Thomas A. Wehr's research while affiliated with National Institute of Mental Health (NIMH) and other places

Publications (222)

Article
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Many people are concerned about whether they are getting “enough” sleep, and if they can “sleep too much.” These concerns can be approached scientifically using experiments probing long-term (i.e., multi-night) sleep homeostatic processes, since homeostatic processes move the system toward its physiological setpoint (i.e., between “not enough” and...
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Recent longitudinal observations show that human menstrual cycles, sleep‐wake cycles and manic‐depressive cycles can become synchronized with lunar cycles, but do so in uniquely complex and heterogeneous ways that are unlikely to have been detected by past studies. Past studies’ negative results have given rise to a scientific consensus that human...
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Many species synchronize reproductive behavior with a particular phase of the lunar cycle to increase reproductive success. In humans, a lunar influence on reproductive behavior remains controversial, although the human menstrual cycle has a period close to that of the lunar cycle. Here, we analyzed long-term menstrual recordings of individual wome...
Article
According to a recent report, mood cycles in a group of patients with rapid cycling bipolar disorder oscillated in synchrony with lunar gravimetric tides. Mood switches in a 67-year-old woman with rapid cycling bipolar II disorder on lithium maintenance treatment were assessed with a χ periodogram and a χ analysis of the mood switches in relation t...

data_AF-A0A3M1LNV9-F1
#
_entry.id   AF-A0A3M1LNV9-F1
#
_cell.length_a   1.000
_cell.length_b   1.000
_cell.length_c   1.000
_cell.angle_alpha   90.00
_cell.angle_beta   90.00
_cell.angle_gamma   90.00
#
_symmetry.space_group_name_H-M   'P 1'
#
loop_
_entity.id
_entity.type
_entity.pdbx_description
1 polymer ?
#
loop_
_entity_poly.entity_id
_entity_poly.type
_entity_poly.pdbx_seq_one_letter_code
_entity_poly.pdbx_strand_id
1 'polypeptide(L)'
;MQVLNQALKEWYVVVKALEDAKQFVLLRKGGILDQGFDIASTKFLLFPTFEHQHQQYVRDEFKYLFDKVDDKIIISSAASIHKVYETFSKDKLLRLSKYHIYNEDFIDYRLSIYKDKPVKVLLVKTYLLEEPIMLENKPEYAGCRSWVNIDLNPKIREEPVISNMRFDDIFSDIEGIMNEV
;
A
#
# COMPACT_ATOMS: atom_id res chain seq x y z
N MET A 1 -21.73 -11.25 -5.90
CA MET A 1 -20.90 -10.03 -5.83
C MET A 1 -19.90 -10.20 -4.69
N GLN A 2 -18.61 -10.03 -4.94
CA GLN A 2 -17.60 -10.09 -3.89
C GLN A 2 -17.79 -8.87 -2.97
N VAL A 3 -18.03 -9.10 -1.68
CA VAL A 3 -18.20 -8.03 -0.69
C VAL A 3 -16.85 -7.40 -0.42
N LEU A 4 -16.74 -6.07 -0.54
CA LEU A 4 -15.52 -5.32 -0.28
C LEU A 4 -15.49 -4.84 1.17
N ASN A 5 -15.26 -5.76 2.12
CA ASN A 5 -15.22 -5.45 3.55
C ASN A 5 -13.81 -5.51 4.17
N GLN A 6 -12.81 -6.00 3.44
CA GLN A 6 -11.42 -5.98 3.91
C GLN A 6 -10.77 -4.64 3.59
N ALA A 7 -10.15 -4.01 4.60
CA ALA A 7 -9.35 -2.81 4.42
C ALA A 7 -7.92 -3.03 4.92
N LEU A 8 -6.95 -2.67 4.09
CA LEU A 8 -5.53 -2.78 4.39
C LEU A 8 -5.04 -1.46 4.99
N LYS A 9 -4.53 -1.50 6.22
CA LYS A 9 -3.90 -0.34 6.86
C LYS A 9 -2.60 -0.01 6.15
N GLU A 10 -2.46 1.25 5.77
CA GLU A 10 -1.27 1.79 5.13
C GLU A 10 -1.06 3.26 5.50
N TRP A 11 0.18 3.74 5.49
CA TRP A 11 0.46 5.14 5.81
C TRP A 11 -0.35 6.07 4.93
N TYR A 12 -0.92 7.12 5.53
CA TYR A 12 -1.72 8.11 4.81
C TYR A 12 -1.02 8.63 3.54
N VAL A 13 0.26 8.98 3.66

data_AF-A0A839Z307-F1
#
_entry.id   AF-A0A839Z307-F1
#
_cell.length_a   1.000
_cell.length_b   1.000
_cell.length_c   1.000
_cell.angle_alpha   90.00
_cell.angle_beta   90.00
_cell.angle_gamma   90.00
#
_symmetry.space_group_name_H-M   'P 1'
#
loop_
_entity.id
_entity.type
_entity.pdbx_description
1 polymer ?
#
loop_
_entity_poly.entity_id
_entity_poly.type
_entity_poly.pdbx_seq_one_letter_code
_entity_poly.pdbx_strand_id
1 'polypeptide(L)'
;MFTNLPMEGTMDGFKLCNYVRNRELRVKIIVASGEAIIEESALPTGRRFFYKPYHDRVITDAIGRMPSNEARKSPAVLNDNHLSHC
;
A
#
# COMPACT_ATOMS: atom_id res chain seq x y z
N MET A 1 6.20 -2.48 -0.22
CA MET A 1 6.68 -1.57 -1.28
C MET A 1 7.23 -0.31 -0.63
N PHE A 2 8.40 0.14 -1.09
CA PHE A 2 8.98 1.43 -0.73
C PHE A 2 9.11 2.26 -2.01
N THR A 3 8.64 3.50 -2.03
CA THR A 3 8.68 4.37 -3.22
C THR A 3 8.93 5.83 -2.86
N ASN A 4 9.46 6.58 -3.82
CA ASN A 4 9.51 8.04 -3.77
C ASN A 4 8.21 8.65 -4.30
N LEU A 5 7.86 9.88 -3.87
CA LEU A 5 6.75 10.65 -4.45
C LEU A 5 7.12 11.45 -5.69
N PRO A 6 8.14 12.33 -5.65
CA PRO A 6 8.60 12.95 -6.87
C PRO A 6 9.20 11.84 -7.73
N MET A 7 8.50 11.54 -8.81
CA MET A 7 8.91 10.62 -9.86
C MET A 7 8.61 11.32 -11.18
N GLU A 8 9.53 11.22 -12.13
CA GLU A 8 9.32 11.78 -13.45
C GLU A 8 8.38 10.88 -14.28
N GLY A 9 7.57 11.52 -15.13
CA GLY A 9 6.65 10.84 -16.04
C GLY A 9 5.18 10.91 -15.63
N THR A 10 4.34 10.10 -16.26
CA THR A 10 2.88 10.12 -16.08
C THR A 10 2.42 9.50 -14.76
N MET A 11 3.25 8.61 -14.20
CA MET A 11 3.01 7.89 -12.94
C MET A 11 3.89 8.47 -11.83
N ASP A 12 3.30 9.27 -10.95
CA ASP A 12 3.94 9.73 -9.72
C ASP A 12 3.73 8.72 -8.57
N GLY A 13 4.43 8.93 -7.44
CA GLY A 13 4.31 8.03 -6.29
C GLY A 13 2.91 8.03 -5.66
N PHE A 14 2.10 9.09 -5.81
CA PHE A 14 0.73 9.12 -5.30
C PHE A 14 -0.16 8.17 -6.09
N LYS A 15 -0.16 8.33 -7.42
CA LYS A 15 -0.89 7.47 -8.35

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In bipolar disorder, episodes of depression and mania are associated with dramatic disturbances in sleep, which experiments show are likely to contribute to the pathogenesis of the episodes. A recent finding that 18 patients’ manic-depressive cycles oscillated in synchrony with biweekly surges in amplitude of the moon’s tides provided a clue to the...
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Introduction The magnitude of nightly variability in sleep timing and duration in rested healthy people is unknown. This information is important for understanding insomnia and for short-term (within a wake episode) sleep homeostatic processes. Methods 15 healthy individuals participated in a previously reported protocol simulating long nights tha...
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In 17 patients with rapid cycling bipolar disorder, time-series analyses detected synchronies between mood cycles and three lunar cycles that modulate the amplitude of the moon’s semi-diurnal gravimetric tides: the 14.8-day spring–neap cycle, the 13.7-day declination cycle and the 206-day cycle of perigee-syzygies (‘supermoons’). The analyses also...
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Twenty-four hour sleep patterns were measured in six healthy male volunteers during a 90-minute short sleep-wake (SW 30:60) cycle protocol for 48 hours. Sleep pressure estimates (amount of Slow Wave Sleep [SWS], SWA, and Rate of Synchronization [RoS: the rate of SWA build-up at the beginning of the NREM period]) were compared with the 24-hour patte...
Article